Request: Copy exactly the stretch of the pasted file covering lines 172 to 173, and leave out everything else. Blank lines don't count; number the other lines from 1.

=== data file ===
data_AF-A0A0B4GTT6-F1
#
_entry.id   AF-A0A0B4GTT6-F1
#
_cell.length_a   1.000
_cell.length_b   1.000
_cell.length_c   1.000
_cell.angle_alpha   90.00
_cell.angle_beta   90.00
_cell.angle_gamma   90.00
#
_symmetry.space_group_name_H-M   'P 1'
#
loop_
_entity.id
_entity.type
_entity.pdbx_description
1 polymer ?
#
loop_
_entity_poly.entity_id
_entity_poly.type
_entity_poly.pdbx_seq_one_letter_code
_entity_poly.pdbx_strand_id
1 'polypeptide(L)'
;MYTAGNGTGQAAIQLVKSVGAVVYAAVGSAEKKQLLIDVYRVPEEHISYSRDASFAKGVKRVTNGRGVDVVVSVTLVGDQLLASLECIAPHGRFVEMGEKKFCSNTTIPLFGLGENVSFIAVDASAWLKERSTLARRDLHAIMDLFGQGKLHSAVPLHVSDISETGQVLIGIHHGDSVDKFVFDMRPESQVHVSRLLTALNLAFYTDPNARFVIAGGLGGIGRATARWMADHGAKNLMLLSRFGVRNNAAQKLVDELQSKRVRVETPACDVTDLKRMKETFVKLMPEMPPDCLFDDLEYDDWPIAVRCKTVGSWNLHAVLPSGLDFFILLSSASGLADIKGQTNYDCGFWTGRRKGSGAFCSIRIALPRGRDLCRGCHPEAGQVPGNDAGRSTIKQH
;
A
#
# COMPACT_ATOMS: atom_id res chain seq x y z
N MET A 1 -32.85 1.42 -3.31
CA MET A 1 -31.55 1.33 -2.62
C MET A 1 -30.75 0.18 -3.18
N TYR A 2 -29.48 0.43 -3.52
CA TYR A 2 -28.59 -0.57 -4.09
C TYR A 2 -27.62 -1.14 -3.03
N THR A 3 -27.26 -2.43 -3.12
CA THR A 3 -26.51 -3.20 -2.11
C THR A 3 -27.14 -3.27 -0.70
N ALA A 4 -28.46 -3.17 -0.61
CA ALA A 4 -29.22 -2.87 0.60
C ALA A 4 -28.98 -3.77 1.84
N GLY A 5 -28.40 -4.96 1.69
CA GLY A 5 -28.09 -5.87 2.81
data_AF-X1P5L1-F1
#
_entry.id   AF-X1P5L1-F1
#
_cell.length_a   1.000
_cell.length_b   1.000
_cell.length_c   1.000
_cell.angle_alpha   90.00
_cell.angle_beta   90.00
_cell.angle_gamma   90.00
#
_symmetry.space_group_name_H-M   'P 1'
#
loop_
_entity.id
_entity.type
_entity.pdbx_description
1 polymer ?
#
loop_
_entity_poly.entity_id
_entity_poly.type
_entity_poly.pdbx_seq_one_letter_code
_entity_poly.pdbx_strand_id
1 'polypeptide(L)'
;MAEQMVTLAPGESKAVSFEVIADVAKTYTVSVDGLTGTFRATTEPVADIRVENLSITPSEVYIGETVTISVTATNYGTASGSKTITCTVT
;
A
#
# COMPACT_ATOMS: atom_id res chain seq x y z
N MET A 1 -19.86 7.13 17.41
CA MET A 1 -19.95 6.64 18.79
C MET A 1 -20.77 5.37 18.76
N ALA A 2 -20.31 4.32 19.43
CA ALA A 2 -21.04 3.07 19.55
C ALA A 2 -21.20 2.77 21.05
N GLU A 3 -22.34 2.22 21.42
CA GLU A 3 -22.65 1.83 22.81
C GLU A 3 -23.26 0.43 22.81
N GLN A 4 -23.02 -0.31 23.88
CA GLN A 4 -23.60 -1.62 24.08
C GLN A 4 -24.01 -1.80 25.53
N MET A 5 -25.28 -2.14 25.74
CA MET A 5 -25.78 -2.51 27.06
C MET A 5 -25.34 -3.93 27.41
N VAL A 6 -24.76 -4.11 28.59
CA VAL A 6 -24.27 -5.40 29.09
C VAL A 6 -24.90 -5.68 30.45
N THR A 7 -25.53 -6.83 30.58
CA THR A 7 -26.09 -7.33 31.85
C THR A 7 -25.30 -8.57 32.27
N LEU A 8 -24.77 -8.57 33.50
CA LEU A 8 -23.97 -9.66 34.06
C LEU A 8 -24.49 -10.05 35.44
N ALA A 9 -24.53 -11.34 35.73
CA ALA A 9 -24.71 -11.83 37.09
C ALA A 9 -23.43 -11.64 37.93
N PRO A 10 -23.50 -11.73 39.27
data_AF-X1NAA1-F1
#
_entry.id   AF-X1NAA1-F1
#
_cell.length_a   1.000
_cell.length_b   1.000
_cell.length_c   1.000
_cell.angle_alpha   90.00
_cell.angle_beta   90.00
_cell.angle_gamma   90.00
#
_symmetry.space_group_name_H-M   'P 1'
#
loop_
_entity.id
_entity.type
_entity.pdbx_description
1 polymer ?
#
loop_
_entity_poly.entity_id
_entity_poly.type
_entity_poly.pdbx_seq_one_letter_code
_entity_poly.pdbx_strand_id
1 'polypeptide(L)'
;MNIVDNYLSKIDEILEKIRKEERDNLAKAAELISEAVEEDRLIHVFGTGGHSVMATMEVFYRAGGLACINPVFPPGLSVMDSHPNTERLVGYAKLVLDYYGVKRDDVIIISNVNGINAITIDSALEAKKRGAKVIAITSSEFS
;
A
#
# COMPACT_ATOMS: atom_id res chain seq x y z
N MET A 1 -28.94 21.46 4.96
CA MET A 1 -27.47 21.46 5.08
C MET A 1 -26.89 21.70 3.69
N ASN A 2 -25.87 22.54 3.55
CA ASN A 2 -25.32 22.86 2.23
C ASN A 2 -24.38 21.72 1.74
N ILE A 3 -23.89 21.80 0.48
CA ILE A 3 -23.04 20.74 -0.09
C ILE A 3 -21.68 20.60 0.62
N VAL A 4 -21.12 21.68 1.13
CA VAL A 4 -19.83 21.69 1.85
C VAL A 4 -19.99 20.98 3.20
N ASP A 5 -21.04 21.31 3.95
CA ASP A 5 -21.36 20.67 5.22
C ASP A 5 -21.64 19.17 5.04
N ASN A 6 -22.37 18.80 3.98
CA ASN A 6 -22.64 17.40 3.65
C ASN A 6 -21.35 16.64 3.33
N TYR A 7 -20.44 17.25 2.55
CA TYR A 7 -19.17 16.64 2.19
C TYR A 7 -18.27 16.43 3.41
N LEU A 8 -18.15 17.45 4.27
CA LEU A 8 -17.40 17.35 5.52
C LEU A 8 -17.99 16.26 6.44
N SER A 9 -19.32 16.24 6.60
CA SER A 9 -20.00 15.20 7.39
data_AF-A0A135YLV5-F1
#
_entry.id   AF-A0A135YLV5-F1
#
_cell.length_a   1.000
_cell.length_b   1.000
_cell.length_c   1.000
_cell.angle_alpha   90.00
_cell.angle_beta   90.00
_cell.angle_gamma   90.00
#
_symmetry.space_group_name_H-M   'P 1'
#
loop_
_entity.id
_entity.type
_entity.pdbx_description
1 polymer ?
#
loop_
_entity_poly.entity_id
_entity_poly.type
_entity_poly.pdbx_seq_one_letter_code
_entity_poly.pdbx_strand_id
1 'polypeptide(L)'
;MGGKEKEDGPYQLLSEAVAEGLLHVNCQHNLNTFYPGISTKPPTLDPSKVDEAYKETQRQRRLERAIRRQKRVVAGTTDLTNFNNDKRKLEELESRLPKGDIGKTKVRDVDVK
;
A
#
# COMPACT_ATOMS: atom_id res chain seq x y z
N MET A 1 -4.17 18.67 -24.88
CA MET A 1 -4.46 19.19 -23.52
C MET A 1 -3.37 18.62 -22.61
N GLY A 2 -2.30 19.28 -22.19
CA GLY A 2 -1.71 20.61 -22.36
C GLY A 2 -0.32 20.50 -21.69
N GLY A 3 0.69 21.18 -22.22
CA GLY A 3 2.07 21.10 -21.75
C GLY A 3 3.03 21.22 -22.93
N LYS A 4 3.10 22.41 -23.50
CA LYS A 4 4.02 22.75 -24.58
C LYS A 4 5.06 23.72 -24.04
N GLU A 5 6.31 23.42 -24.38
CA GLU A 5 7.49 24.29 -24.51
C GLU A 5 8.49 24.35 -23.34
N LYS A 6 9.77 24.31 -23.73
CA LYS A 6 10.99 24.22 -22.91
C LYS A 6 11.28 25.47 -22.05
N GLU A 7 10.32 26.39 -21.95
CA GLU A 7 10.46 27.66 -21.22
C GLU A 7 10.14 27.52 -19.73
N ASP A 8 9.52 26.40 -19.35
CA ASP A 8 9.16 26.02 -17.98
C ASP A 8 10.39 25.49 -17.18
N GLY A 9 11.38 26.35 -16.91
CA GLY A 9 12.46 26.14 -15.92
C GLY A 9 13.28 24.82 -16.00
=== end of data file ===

loop_
_entity.id